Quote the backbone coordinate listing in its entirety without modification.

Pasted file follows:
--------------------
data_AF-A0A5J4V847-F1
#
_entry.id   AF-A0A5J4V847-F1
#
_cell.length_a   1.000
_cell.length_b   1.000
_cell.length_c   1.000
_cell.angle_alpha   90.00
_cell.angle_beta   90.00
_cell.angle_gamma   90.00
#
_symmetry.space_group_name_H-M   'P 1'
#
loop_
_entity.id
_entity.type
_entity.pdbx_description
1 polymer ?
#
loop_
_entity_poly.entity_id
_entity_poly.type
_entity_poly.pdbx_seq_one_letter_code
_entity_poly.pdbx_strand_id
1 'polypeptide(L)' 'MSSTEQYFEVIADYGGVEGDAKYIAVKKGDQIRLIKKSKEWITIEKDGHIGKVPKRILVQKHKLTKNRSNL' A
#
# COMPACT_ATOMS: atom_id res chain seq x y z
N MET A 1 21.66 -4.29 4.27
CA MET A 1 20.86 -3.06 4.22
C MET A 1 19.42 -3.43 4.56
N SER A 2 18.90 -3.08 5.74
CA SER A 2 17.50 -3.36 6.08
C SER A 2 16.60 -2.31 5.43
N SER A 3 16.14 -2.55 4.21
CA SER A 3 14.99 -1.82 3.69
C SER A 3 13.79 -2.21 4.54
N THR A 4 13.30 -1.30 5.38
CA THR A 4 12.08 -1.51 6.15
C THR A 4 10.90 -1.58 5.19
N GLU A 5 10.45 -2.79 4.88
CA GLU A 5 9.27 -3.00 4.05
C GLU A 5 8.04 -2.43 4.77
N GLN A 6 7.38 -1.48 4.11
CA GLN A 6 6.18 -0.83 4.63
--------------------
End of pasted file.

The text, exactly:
data_AF-A0A5J4V847-F1
#
_entry.id   AF-A0A5J4V847-F1
#
_cell.length_a   1.000
_cell.length_b   1.000
_cell.length_c   1.000
_cell.angle_alpha   90.00
_cell.angle_beta   90.00
_cell.angle_gamma   90.00
#
_symmetry.space_group_name_H-M   'P 1'
#
loop_
_entity.id
_entity.type
_entity.pdbx_description
1 polymer ?
#
loop_
_entity_poly.entity_id
_entity_poly.type
_entity_poly.pdbx_seq_one_letter_code
_entity_poly.pdbx_strand_id
1 'polypeptide(L)' 'MSSTEQYFEVIADYGGVEGDAKYIAVKKGDQIRLIKKSKEWITIEKDGHIGKVPKRILVQKHKLTKNRSNL' A
#
# COMPACT_ATOMS: atom_id res chain seq x y z
N MET A 1 21.66 -4.29 4.27
CA MET A 1 20.86 -3.06 4.22
C MET A 1 19.42 -3.43 4.56
N SER A 2 18.90 -3.08 5.74
CA SER A 2 17.50 -3.36 6.08
C SER A 2 16.60 -2.31 5.43
N SER A 3 16.14 -2.55 4.21
CA SER A 3 14.99 -1.82 3.69
C SER A 3 13.79 -2.21 4.54
N THR A 4 13.30 -1.30 5.38
CA THR A 4 12.08 -1.51 6.15
C THR A 4 10.90 -1.58 5.19
N GLU A 5 10.45 -2.79 4.88
CA GLU A 5 9.27 -3.00 4.05
C GLU A 5 8.04 -2.43 4.77
N GLN A 6 7.38 -1.48 4.11
CA GLN A 6 6.18 -0.83 4.63